Members of a Lancaster cycling campaign group say they are “at their wits end” with the county council about the safety record of the A6 - Britain’s most dangerous road for cyclists and pedestrians.
Now cycling campaign group Dynamo has launched a scathing attack on Lancashire County Council, claiming it has shown a “grievous lack of care” to protect cyclists and promote sustainability.
Paul Stubbins, from Dynamo, said: “The highest risk areas for cyclists are junctions and parked cars and the changes that have been shown to make the greatest difference are infrastructural. All too often, debate on reducing accidents focuses on cyclists wearing helmets, or high-vis, and completely misses the key issue of how our roads are designed to protect vulnerable road users such as cyclists.”
Police breakdown of the 201 accidents that involved a bike between 2009 and 2013 show that almost all accidents occur in slow moving traffic, the most common causes being cars pulling out of side junctions and failing to give precedence to cyclists and cars cutting in front of bikes when making left turns. Twelve accidents were caused by the opening of car doors in teh path of cyclists.
Paul said that a £5m government fund for improving safety on the A6 in Lancaster and Preston had done nothing to improve infrastructure, but Lancashire County Council said the fund was for a diverse package of measures to encourage cycling, walking and use of public transport, focused on increasing participation and improving facilities for people who already cycle, walk and use the bus on a regular basis.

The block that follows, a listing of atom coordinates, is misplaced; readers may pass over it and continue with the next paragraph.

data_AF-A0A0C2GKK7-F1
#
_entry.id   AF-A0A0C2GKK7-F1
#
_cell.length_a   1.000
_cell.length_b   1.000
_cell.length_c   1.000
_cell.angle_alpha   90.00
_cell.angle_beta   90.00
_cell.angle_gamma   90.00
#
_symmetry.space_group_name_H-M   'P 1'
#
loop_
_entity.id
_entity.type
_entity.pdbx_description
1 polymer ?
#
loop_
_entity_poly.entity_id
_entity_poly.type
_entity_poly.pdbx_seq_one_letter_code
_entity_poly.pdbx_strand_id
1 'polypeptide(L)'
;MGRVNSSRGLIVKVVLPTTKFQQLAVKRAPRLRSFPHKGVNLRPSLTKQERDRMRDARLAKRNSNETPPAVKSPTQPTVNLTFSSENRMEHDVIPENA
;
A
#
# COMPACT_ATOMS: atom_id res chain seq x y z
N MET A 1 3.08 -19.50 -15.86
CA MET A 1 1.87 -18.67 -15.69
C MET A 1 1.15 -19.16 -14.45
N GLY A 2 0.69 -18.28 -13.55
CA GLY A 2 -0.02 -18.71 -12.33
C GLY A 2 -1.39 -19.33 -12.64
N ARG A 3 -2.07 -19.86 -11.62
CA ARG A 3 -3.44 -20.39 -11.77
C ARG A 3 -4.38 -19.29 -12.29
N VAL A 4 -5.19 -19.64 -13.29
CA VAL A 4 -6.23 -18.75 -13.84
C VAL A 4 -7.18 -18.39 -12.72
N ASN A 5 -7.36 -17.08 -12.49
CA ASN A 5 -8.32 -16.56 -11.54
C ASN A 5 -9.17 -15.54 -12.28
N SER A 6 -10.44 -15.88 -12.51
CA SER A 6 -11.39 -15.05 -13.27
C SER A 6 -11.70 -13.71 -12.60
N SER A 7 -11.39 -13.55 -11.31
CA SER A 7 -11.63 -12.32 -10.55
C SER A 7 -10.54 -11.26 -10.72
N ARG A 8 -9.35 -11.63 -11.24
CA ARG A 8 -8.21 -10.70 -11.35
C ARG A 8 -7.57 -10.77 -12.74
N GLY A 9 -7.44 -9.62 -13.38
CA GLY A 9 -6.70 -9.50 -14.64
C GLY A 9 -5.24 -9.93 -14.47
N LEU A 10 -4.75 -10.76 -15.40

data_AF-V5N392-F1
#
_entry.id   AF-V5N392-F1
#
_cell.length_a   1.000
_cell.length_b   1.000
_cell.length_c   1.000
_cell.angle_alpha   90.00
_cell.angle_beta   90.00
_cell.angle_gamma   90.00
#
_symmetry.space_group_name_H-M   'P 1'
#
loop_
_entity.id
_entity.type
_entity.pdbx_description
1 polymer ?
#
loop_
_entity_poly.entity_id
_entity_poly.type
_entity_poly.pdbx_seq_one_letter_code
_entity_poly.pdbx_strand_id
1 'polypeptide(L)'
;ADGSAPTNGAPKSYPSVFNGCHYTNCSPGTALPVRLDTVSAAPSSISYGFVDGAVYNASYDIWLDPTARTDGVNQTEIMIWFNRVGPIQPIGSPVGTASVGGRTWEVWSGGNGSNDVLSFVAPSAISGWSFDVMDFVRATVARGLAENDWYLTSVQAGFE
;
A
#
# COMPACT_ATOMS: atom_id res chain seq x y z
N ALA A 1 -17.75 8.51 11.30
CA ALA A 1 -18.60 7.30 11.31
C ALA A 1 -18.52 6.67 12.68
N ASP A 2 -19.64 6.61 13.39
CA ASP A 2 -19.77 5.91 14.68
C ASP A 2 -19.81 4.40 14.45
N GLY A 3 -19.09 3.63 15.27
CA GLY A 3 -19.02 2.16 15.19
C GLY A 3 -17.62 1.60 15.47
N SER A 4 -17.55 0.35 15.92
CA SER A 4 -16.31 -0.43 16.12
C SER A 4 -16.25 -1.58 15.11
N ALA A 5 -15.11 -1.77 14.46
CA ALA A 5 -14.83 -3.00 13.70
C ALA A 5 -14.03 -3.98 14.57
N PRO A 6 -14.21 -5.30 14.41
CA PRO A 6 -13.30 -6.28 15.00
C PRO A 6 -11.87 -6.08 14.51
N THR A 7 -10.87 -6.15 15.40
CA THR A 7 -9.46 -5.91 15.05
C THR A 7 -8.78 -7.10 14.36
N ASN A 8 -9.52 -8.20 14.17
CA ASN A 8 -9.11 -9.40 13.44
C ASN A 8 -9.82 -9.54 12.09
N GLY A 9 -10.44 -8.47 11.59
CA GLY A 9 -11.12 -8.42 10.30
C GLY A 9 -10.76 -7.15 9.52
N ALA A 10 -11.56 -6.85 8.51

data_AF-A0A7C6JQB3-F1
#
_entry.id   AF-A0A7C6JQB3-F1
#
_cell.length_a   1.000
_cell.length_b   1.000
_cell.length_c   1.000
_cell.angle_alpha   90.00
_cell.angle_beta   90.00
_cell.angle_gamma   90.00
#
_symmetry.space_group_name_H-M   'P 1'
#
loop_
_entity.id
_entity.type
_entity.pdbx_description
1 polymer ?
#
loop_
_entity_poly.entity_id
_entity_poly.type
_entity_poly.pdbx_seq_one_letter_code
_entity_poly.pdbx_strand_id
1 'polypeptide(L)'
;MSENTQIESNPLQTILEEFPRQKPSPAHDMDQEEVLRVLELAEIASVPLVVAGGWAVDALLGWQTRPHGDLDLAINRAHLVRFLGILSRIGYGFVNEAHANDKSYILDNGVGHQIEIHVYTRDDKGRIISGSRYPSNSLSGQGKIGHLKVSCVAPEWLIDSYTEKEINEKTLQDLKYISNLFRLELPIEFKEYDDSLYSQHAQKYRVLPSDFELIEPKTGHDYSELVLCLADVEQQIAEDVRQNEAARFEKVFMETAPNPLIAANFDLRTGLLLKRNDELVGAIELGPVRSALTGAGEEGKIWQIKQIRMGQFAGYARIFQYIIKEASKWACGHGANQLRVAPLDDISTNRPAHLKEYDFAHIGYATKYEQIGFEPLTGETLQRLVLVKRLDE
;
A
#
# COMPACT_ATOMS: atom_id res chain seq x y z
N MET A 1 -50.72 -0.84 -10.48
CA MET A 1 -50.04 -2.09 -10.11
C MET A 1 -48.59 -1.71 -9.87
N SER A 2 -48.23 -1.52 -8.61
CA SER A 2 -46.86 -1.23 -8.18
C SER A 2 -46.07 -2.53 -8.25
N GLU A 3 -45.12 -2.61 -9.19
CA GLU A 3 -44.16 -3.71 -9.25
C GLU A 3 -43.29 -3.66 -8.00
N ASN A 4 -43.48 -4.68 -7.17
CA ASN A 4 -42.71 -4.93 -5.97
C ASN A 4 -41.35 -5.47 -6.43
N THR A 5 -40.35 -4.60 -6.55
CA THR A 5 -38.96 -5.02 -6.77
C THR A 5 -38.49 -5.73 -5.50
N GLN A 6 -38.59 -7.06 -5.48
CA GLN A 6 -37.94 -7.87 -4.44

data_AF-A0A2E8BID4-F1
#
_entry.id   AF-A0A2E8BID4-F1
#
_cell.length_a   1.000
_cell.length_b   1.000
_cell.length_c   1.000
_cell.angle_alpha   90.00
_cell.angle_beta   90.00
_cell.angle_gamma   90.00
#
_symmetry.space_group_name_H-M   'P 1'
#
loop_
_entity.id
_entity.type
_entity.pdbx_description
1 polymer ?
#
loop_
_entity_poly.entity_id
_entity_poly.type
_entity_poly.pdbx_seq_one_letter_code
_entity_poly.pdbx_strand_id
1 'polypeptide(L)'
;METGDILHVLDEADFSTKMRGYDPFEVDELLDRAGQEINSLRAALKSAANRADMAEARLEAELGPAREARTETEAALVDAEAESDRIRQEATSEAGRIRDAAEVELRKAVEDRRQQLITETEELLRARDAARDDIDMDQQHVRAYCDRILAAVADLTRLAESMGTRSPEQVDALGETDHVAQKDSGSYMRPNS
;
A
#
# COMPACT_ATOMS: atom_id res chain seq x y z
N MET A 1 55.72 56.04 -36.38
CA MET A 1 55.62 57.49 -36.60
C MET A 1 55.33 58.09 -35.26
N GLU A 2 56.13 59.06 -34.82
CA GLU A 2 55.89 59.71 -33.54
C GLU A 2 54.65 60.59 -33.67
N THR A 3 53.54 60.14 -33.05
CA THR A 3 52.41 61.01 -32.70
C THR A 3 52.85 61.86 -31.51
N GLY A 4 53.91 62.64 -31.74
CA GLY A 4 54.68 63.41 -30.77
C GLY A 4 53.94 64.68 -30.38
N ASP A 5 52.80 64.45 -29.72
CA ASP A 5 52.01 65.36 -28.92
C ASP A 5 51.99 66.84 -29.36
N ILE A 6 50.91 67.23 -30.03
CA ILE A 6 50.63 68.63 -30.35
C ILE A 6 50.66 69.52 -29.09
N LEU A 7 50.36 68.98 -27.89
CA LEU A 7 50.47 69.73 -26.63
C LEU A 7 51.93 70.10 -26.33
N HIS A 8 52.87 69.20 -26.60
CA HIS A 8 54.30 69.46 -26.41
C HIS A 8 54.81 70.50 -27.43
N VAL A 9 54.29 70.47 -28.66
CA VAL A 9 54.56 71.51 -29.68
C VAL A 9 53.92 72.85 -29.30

Paul added: “The reasons given by council officers for not sorting out the A6 do not hold up to any scrutiny and show a grievous lack of care to protect cyclists and promote sustainability. Excuses given include that the A6 is not wide enough for cycle lanes, when in fact it is only very short sections for which that is the case, and even then it is by less than a metre.”
Dynamo has been trying to get cycle lanes for both sides of this stretch of the A6 for three years, but, Paul said “so far to no avail”.
Lancaster was a cycling demonstration town from between 2005 and 2011 and received substantial investment.
Vali Birang, head of sustainable transport and safety at Lancashire County Council, said:
“We will be consulting early next year on a highways and transport masterplan for Lancaster which will provide the basis for prioritising major improvements to our transport infrastructure in the coming decades, including strategic cycling and walking networks.”